… Triumph X75 Hurricane

 

So Triumph rebranded her. As the X75 Hurricane. Allocated 1183 engines. Production ran ’72 through ’73  = 1172.

Hurricanes, 2005, Duxford

 

Classic. Iconic

Hurricane lines … sleek

 

Tracy Nelson. Board-Glasser, O’Neills. Late 60’s, moonlighting with his tanks.

The Fiberglas Works.

 

… 72 Superstars Catalogue … 2 piece

 

Fiberglas Works in Santa Cruz had spotted the action. By 74 their ‘Californian’ Café/Street Racer Bodies were fixed program. Having spent the last 7 years clawing their way to the top of the custom fiberglas world, they wanted some of this. How’s that?  US $169.95 with an extra $70 for custom paint.

… regular magazine ad … 74

 

… Fiberglas Works 72 Superstars Catalogue …from a fine blog… Damned to be Free

 

Damned to be Free … Flowing like Glass, Jim Phillips Poster

Tracy body … more hungry mantis than cuddly seal

 

… cool ebay find

 

Artwork from Jim Phillips featured in many of their catalogues and ads.

… Jim Phillips

 

Fiberglas Works and later Tracy’s Fiberglas Works or Tracy’s and Friends must have been a stammkunde from way back. Jim went on to make a name for himself in the Band Poster, Surf and Skateboard worlds.

… Jim Phillips artwork … catalogue

 

Psychodelic.

… Samoto 400F

 

… Samoto Honda

 

Also in the action were Samoto(Rome). Honda Dealer. Playing with the big 4’s. In 73 they produced 15 88bhp CB750/4’s and 2 CB1000/4’s.

… Samoto 1000

 

Quite a heritage. And we’re only scratching the surface.

… Fiberglas Works  card molded into gas tank

 

… Tracy and friends logo

 

… Tracy logo

 

… Tracy body … the more common variant – parallel seat, upper shock mount cutaway

 

… underside … 14lb … 2.75/3 gallons

 

… Tracy body … parallel seat, upper shock mount cutaway

 

… less commonly found … cobra tapered seat, flared upper shock bulge

 

… NOS

 

… cobra style

 

… custom

 

… Don Castros’ Triumph 750

 

Tracy hardly

 

… XS Tracy

 

… coming at ya

 

… ready to go

 

Steve from RedMaxSpeedShop bought Jays’ bike. With the Tracy body. Is thinking about doing a replica. If anyone is interested the link is above.

… redmax

 

These bodies are now up to 40 years old. There are reports of owners facing problems with cracking and leaking. Originals not likely to be ethanol compatible. Less likely to affect Triumph X75 Hurricane owners. These have metal canisters hidden inside the fiberglass molding.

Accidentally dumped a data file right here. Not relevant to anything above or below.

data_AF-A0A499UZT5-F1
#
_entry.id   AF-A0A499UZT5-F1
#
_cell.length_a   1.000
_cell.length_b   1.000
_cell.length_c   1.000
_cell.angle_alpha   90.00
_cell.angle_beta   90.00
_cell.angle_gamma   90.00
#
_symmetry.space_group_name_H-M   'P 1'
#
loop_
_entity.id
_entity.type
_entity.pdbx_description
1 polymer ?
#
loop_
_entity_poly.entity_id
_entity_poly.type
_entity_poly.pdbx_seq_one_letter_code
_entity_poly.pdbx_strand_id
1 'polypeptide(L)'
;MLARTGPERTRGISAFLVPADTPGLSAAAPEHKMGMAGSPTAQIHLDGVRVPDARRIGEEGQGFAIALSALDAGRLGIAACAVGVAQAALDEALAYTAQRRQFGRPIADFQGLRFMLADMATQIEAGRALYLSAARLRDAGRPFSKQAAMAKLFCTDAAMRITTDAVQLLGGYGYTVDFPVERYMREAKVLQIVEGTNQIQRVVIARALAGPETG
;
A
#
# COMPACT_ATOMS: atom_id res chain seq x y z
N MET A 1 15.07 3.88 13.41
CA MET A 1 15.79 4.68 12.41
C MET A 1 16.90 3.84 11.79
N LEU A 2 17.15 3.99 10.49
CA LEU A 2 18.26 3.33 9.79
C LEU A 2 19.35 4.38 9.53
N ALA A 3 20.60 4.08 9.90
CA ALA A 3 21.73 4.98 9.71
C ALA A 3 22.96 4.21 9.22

74 Tracy catalogue pp 1-32

74 Tracy catalogue pp 33-65

… tracy body on SR400 … Kobe Bandits

 

 Kobe Bandits

Interesting thread over at Honda CB750s.

Note: Apparently the original finish is in the epoxy. The outermost layer tinted to replicate candy finishes. Any metal flake would be added before the next layer of epoxy and mat was applied. I always thought my H1 body’s original color was fire engine red but at Tracy’s prompting I stripped it back to the epoxy and found rainbow flake over black gelcoat. Talk about durability. Some people in prepping will mistake this base color for paint and actually sand the top layer of epoxy off. Makes them brittle. {[Geeto67 @ caferacer.net]}

XS650: Zero   Leave a comment

Not into his production bikes. Bread n butter. Brought Zero Engineering to the states. Building for the Japanese market…hey guys, next stop … tourist economy. Do like his creativity. And his philosophy. Like my grandfather used to say. Sitting on his Shadow. ‘Aint nuthin like a bike son. More soul than most people. Faster than a woman. More fun too.’ No arguements from me.

I think this is the bike he rode in the Motorcycle Cannonball. Parking lot crank rebuild. What an awesome base line. Add a bit o’ didge. And an oboe……

Posted February 25, 2011 by xscafe in Frame - Design

Tagged with , , ,

XS650: Ténéré   Leave a comment

What do this

sr500 prototype..1973..Shiro Nakamura

 

And this

2011 Super Ténéré 1200

 

Have in common?

Ask Bob Trigg. He can tell you.

“We constructed a bike with the twin engine as an example for Japan, and presented the target concept for such a model. That was the birth of the Super Ténéré. We requested a big capacity 750/900cc twin with big torque feeling, and with a modern engine: the 45 degree engine layout, as the Genesis engine of the FZ750 had.”

“Our target was to launch a Paris-Dakar OW factory racer, then the Super Ténéré, and then a new Street bike with the same engine. That became the TDM 850, an alternative touring bike developed to be the best bike in the Alps.”

This.

prototype, a Ténéré 600 with an XS650 twin engine mounted in it!

 

The humble XT500. Took out the inaugural Paris Dakar 1979. The French went mad. Vive le Bleu